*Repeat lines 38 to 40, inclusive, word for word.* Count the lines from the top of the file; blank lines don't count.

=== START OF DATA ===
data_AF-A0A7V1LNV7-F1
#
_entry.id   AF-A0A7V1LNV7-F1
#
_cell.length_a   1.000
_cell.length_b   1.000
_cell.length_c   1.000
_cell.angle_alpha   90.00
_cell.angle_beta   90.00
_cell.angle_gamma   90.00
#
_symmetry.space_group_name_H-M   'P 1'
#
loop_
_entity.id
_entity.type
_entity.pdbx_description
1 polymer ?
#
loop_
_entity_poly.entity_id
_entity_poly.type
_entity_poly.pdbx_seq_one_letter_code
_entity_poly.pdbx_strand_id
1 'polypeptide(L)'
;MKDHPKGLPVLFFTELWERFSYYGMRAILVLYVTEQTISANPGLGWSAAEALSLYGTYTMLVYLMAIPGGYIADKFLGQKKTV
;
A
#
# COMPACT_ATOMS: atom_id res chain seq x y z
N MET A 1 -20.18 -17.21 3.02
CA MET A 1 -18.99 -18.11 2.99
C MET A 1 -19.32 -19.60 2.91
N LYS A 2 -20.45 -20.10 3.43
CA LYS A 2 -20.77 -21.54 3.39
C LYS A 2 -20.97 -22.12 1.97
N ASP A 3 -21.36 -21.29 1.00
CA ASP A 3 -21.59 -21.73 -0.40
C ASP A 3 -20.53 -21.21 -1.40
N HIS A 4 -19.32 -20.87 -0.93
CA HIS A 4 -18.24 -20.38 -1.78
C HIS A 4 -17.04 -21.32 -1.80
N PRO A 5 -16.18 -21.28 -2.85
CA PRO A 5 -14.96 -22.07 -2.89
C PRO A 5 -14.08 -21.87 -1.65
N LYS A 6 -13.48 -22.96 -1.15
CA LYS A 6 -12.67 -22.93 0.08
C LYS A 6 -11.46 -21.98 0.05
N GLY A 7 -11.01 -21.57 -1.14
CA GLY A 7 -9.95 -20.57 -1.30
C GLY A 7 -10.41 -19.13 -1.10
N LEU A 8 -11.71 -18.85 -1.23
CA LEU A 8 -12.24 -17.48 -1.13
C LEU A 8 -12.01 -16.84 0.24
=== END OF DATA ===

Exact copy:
CA ASP A 3 -21.59 -21.73 -0.40
C ASP A 3 -20.53 -21.21 -1.40
N HIS A 4 -19.32 -20.87 -0.93